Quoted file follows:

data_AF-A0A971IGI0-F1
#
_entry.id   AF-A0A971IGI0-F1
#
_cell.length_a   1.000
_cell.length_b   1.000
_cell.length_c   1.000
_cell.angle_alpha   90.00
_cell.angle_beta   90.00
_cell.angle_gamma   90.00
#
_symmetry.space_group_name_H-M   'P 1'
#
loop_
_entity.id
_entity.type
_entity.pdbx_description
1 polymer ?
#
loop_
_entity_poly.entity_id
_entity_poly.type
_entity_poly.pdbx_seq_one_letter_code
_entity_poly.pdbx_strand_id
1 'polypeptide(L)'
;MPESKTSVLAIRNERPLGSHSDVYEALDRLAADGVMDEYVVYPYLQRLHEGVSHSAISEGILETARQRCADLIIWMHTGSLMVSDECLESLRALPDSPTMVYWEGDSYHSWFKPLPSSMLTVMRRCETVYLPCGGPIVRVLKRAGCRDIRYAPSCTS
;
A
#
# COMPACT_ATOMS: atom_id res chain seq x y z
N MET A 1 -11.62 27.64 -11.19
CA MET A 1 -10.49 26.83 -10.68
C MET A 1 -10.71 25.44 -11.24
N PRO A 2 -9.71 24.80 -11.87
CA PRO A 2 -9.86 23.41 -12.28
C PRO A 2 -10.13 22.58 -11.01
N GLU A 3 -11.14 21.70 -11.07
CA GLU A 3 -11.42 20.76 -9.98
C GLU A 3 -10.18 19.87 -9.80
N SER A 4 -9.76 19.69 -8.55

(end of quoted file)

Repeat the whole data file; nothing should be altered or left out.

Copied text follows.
data_AF-A0A971IGI0-F1
#
_entry.id   AF-A0A971IGI0-F1
#
_cell.length_a   1.000
_cell.length_b   1.000
_cell.length_c   1.000
_cell.angle_alpha   90.00
_cell.angle_beta   90.00
_cell.angle_gamma   90.00
#
_symmetry.space_group_name_H-M   'P 1'
#
loop_
_entity.id
_entity.type
_entity.pdbx_description
1 polymer ?
#
loop_
_entity_poly.entity_id
_entity_poly.type
_entity_poly.pdbx_seq_one_letter_code
_entity_poly.pdbx_strand_id
1 'polypeptide(L)'
;MPESKTSVLAIRNERPLGSHSDVYEALDRLAADGVMDEYVVYPYLQRLHEGVSHSAISEGILETARQRCADLIIWMHTGSLMVSDECLESLRALPDSPTMVYWEGDSYHSWFKPLPSSMLTVMRRCETVYLPCGGPIVRVLKRAGCRDIRYAPSCTS
;
A
#
# COMPACT_ATOMS: atom_id res chain seq x y z
N MET A 1 -11.62 27.64 -11.19
CA MET A 1 -10.49 26.83 -10.68
C MET A 1 -10.71 25.44 -11.24
N PRO A 2 -9.71 24.80 -11.87
CA PRO A 2 -9.86 23.41 -12.28
C PRO A 2 -10.13 22.58 -11.01
N GLU A 3 -11.14 21.70 -11.07
CA GLU A 3 -11.42 20.76 -9.98
C GLU A 3 -10.18 19.87 -9.80
N SER A 4 -9.76 19.69 -8.55